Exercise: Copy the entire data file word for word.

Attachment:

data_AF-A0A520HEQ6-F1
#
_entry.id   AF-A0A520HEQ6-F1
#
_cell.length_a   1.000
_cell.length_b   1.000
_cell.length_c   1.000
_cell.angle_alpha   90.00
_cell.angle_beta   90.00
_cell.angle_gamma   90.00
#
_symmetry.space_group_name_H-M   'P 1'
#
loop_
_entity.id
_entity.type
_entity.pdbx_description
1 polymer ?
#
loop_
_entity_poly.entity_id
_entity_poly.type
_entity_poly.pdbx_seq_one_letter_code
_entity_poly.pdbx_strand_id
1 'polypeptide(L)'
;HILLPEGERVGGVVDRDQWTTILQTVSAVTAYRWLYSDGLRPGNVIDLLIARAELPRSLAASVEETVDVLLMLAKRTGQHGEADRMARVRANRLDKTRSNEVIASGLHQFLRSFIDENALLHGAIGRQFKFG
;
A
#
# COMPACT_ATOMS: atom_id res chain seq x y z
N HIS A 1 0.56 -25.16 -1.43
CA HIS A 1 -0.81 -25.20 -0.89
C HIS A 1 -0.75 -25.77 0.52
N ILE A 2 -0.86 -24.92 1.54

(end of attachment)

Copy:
data_AF-A0A520HEQ6-F1
#
_entry.id   AF-A0A520HEQ6-F1
#
_cell.length_a   1.000
_cell.length_b   1.000
_cell.length_c   1.000
_cell.angle_alpha   90.00
_cell.angle_beta   90.00
_cell.angle_gamma   90.00
#
_symmetry.space_group_name_H-M   'P 1'
#
loop_
_entity.id
_entity.type
_entity.pdbx_description
1 polymer ?
#
loop_
_entity_poly.entity_id
_entity_poly.type
_entity_poly.pdbx_seq_one_letter_code
_entity_poly.pdbx_strand_id
1 'polypeptide(L)'
;HILLPEGERVGGVVDRDQWTTILQTVSAVTAYRWLYSDGLRPGNVIDLLIARAELPRSLAASVEETVDVLLMLAKRTGQHGEADRMARVRANRLDKTRSNEVIASGLHQFLRSFIDENALLHGAIGRQFKFG
;
A
#
# COMPACT_ATOMS: atom_id res chain seq x y z
N HIS A 1 0.56 -25.16 -1.43
CA HIS A 1 -0.81 -25.20 -0.89
C HIS A 1 -0.75 -25.77 0.52
N ILE A 2 -0.86 -24.92 1.54